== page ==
By Emma Jane Muir
Special to the Record-Eagle
• The final revision of the copy for the forthcoming booklet on western Michigan is being made by the Development Bureau officials. The new work will be modeled along the plan of the booklet issued last year but will contain entirely new reading matter.
• Deputy Game Warden G. Allen Smith has returned from Elk Rapids where he seized 235 pounds of whitefish from Ellery Bunn which were unlawfully caught. The fish were shipped to the Traverse City State Hospital.
• The many friends and relatives of Mrs. Shan Johnston of Interlochen will be pleased to know that she is slowly recovering from her recent serious illness. It is expected that she will be able to come to the city in the near future.
• Mrs. T. E. Brinkman of this city and cousin, Mrs. Culver of Saginaw, were the guests of Mrs. Irene Pomeroy Shields, 2246 N. Adams Street, Bay City, during the week. Mrs. Brinkman has plans to spend a few days in Detroit and Grand Rapids before returning home.
• The inmates of the new county infirmary spent a very pleasant Christmas and New Year as the result of the thoughtfulness of their friends. The Magazine Club of the east side remembered the old gentlemen with a variety of small gifts while the ladies received boxes of candy neatly decorated with holiday green.
• The carrier boys of this newspaper were the recipients Saturday of their annual gifts presented this year by George G. Bates, vice president and advertising manager, and Lewis W. Smith, the circulator. The joys of receiving candies, nuts and goodies is one of the happiest times in their paper carrying experience.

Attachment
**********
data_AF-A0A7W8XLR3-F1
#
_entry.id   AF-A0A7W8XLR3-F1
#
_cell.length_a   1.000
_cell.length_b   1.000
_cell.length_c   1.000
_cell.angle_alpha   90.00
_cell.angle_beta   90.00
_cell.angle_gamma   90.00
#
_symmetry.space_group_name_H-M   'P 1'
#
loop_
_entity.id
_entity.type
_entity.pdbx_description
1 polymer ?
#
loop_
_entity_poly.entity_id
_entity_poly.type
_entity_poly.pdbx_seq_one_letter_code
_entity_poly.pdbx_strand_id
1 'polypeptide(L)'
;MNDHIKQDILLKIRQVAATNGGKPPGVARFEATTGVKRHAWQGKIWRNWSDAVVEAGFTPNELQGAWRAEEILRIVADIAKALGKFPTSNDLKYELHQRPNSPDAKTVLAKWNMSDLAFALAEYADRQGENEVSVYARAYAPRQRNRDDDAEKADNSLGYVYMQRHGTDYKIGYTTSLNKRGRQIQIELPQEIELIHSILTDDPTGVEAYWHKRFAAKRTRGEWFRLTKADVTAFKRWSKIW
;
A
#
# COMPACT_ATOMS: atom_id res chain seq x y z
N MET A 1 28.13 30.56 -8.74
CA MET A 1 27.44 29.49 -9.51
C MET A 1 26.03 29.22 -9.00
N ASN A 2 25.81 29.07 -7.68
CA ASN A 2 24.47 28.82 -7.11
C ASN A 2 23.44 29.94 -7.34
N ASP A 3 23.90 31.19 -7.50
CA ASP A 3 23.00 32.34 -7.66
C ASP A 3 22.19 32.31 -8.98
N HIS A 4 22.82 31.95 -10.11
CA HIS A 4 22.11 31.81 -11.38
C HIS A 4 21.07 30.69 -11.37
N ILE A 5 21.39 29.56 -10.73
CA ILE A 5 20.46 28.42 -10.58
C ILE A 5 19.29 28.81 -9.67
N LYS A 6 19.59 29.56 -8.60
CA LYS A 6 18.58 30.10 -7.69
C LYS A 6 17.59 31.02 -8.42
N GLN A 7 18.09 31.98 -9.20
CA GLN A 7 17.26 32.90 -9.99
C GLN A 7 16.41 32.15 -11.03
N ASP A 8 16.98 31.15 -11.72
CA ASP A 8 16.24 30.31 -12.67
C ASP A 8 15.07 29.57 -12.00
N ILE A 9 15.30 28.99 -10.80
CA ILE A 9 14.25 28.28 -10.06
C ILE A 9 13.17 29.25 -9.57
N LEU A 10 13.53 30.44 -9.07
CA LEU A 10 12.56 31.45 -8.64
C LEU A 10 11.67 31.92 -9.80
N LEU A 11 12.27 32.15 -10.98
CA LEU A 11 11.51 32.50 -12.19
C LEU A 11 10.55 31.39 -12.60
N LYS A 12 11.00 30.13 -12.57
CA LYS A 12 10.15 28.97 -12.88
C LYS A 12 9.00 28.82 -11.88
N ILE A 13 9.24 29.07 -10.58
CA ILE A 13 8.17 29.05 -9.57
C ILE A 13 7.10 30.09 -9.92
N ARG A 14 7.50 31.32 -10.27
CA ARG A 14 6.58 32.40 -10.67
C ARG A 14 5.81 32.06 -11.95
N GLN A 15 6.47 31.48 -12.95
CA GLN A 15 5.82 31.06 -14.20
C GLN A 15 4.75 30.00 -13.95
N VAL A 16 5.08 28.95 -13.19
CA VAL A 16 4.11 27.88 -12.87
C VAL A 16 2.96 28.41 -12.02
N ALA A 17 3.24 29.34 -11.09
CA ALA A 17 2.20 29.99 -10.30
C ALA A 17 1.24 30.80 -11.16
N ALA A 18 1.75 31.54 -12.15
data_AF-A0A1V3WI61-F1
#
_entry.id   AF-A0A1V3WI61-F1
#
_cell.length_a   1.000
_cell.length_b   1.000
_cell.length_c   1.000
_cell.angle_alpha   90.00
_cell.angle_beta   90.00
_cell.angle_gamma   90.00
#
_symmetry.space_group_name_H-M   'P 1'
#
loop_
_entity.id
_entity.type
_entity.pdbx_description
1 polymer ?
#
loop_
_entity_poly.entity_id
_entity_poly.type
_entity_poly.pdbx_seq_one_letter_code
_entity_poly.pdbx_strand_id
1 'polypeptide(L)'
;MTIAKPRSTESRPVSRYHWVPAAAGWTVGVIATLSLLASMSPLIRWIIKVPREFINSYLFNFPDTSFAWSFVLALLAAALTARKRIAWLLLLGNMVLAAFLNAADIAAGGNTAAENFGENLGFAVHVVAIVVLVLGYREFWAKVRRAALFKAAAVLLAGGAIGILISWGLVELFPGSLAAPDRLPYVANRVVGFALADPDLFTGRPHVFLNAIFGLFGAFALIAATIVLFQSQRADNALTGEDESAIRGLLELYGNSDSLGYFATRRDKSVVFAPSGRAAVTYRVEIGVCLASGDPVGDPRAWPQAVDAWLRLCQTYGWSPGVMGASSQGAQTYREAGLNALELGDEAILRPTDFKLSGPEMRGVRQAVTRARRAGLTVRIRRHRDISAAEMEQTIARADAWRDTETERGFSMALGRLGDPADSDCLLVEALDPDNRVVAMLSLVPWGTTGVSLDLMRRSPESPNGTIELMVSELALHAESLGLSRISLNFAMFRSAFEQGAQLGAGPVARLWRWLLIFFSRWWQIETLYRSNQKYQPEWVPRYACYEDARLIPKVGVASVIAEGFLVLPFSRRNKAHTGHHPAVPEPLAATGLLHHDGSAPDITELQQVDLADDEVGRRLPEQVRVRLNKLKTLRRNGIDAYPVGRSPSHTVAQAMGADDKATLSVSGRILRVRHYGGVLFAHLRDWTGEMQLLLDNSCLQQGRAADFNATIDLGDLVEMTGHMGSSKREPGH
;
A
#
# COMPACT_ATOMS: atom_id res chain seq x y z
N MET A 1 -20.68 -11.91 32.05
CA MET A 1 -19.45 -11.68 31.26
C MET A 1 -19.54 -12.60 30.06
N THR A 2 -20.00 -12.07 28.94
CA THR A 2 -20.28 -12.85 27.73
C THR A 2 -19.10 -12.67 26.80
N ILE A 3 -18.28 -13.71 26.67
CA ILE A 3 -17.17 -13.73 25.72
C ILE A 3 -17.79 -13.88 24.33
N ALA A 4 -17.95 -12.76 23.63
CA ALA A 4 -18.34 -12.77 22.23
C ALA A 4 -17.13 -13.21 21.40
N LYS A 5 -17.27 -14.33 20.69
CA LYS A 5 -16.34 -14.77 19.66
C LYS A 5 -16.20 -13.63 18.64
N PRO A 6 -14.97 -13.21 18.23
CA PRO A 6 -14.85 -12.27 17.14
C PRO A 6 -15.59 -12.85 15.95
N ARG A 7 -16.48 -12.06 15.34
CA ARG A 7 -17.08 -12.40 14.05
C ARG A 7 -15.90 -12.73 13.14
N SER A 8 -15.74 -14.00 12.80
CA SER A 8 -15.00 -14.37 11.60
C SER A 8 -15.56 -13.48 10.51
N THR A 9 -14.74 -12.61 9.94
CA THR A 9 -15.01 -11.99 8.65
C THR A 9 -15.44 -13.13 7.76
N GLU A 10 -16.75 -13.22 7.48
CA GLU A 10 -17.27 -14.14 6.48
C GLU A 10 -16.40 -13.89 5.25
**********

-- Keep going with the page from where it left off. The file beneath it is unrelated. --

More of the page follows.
• Saturday morning the barn of the Columbia Transfer Co., located on Pine Street, was damaged by fire in the second story, the blaze having caught in the hay from a chimney that ran up through the building. There was no one in the place at the time and when the flames were discovered, the entire upper story was filled with fire and smoke. The fire department was called and had the blaze under control in a very short time without any damage except by water to the lower story.
• Wood bees are the order of the day in the Bendon area. One is being held tomorrow on William Dexter's place for the benefit of the Bendon church. Another one will be held on R. B. Reynolds' place for the Inland church.
• One of the prettiest social events of the season occurred Wednesday at the home of Mr. and Mrs. Otto Barth of Northport when their daughter, Clara, was united in marriage to Henry Kelsch of Keswick. The bridal party took their places beneath an arch of evergreens in the center of which was suspended a white bell, to the strains of the wedding march played by Miss Amelia Bartlett, a cousin of the bride. After the ceremony the guests, numbering about sixty, sat down to a bountiful dinner.
• Mr. and Mrs. Grant Books, of Thompson's Corner, visited their daughter, Ruby Peek at Kasson Sunday and also called on George A. Peck to see his son, Charley, who was struck by a limb and knocked senseless and bruised considerably. If the limb had not struck a log nearby, he certainly could not have escaped without some bones broken or possibly being killed.
• Advice on deportment. In your own carriage you always give the front seat to a visitor, if you are a man, but a lady leaves the back seat for a man.
• Medical advice of a century ago. Consumptives should not marry, or if they marry, should not create or bear children.
• Best buy of the week. Thin Blown Tumblers, Set of Six, 24 cents at the City Book Store.